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Mental Toughness in the Heat

Randy Wilson


Every few years, it gets hot.  This thrills the mass media because it allows them to pound the fear drums and increase their ratings.  So, whenever it gets warm outside, we release a training film full of helpful tips designed to strengthen mental toughness in the heat.  As a bonus, here is a column from ten years ago, explaining our most valuable strategy for dealing with the heat:

The 100 Days of Hell

Actually, it's more like 120 days for those of us trapped on a bentgrass plantation in Georgia, but that sounded like too long a period to survive, so we stuck with 100 days.

Way back in the olden times, in order to keep the wilt-watchers, the irrigation tech and our ownselves from going completely raging berserk at the thought of the endless heat, my brother Mike devised a brilliant survival tactic.  Reasoning that part of the problem was mental, consisting of a psycho-traumatic condition aggravated by the media and baked brain pans, Mike began to keep track of the 100 Days by posting a countdown on the assignment board.  

Each evening, we conducted the ceremonial erasing of the day's number, sort of like sounding taps on a military base.  We then posted the next day's number and celebrated.

the irrigation tech would curse the calendar, El Nino, La Nina, the local weather charlatan, bentgrass . . . 

We also had a mechanism for that unsettling period when we reached Day Zero in September and it was still Africa hot.  The moaning, sniveling and whining would increase, as there was no visible sign of the promised relief or the grand celebration for having reached 100 Days.  The wilt-watchers and the irrigation tech would curse the calendar, El Nino, La Nina, the local weather charlatan, bentgrass, Mike and me, all while shrieking things like "Asphalt melting!  Air too hot to breathe!  Can't touch steering wheel!  Hair burnt!"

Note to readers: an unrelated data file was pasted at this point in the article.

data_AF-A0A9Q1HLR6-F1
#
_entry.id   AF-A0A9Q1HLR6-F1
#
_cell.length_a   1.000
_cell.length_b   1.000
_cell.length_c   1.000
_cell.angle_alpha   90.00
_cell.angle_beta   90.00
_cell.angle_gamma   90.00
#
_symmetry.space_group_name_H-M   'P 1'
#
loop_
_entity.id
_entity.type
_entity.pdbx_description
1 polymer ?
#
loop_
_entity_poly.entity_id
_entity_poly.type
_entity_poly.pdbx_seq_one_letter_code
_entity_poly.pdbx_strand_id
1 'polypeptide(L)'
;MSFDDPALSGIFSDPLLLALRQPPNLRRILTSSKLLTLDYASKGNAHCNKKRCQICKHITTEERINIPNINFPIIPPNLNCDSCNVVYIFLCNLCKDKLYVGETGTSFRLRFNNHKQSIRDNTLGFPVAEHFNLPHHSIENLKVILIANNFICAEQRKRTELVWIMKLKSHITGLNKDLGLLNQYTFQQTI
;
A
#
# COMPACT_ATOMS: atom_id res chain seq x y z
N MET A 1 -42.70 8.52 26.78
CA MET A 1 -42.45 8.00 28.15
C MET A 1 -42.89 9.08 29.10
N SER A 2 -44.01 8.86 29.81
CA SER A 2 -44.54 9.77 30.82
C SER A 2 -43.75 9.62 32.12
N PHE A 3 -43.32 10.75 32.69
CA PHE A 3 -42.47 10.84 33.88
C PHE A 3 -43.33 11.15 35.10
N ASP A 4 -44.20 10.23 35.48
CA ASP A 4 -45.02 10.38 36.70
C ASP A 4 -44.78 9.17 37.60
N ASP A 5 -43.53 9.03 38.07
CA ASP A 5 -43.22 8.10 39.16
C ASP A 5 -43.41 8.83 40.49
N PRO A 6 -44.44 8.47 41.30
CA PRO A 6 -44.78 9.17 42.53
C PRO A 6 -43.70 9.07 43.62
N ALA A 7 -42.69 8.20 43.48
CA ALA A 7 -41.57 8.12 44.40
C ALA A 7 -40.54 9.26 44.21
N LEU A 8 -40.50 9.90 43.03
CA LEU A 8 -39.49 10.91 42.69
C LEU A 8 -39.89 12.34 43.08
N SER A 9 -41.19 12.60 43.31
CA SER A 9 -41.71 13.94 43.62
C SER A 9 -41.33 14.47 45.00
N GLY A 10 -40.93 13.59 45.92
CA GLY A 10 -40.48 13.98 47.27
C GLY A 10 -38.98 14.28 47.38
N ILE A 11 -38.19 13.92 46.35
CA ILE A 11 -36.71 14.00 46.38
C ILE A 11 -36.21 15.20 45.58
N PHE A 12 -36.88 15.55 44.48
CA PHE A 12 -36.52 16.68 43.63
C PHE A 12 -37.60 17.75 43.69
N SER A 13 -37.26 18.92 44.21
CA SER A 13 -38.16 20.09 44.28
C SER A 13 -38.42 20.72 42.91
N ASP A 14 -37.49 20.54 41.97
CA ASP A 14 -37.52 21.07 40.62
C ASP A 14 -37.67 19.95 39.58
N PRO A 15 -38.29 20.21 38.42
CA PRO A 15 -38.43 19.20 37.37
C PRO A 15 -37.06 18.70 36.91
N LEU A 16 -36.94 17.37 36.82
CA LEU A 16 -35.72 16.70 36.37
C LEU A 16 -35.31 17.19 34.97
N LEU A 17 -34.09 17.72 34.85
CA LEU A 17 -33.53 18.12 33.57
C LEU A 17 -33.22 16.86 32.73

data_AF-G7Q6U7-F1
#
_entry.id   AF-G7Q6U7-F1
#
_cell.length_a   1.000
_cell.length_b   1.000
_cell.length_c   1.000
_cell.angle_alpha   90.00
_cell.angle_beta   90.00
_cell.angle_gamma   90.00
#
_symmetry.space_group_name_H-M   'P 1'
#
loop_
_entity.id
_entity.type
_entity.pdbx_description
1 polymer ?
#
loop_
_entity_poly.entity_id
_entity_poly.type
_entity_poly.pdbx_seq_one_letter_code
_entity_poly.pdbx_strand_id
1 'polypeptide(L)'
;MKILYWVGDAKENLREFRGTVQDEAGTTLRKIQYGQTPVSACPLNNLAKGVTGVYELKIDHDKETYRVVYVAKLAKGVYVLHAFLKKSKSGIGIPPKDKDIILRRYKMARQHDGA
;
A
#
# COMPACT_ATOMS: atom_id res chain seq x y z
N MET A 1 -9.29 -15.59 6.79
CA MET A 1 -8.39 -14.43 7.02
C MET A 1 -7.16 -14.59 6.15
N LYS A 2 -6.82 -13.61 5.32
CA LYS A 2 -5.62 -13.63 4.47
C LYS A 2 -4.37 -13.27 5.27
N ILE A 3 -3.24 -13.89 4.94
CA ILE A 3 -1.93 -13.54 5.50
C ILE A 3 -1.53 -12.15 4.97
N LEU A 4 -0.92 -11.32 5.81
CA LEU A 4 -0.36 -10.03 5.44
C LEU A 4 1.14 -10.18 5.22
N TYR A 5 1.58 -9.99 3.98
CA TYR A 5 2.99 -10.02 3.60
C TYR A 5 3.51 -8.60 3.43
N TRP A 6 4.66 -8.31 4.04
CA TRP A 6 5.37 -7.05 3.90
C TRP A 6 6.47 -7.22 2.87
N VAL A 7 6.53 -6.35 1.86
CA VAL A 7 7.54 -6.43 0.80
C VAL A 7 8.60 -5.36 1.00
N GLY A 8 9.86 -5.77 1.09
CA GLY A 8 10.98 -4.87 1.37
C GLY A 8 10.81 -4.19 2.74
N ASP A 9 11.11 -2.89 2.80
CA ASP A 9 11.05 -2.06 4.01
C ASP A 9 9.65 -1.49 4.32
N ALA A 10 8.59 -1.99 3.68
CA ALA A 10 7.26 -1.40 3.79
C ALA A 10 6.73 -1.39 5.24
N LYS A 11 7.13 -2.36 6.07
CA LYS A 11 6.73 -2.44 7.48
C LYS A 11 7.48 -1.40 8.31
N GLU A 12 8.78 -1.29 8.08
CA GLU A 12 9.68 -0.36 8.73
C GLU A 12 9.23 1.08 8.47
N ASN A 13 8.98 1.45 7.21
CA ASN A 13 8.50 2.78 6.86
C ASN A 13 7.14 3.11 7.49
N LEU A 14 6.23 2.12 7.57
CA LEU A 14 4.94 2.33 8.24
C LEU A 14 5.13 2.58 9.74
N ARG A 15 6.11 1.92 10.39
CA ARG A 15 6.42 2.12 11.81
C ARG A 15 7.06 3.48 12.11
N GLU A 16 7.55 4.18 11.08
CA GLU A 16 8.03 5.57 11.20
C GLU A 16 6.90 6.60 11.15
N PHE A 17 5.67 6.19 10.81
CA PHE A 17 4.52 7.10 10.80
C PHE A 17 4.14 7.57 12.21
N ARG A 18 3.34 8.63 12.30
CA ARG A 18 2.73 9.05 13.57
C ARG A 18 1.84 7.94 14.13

91128200_freakedoutcrewworker.jpg.f0dbcd3a934890fa7d349d18497e72e9.jpgThis is when Mike would implement the Post 100 Day mechanism.  He would calm the unstable, frazzled, burned-out irrigation tech by placing him in a cool, dark, air-conditioned room.  Then, Mike would say, "I realize it is still hot, but it's no longer August.  It's September now.  Try to understand, August is August, but, well . . . September is September."  Mike said this last part in a soothing voice, like the ER nurse uses when you wake up on that steel table wondering how you got there.

Then--and this is the important part--Mike convinced the wilt-watcher or the irrigation tech to repeat the mantra with him.  "August is August, but September is September."

382171143_crewchantsAugustis...jpg.44c3808ac766b4d2d9a9436b7d293a92.jpgAt this point, we all joined in, chanting and dancing, because we had lost touch with reality a while back and were unable to face one more day in the skin-sizzling heat.  Whenever a crew member freaked out and we couldn't show them a cold front coming down from Minnesota on our radar, we immediately began the chant:  August is August . . . " 

Then one day, we converted to Ultra-Dwarf and we just sat in the shade . . . and celebrated.


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August is August... Love that.

After a year in Starkville, MS, there really is a difference in the deep south. But, hot is hot, and anywhere when it breaks triple digits is a challenge.

What really kills me is the dry. 

ah, well. Another great post by RW.

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Thanks, Joe.

I'll take the dry over hoomidity.  I'm guessing you have the world's supply of wind up yonder in Kansas, which makes turf, skin and eyes dry, right?

Also, I heard there's no evaporation in Mississippi.

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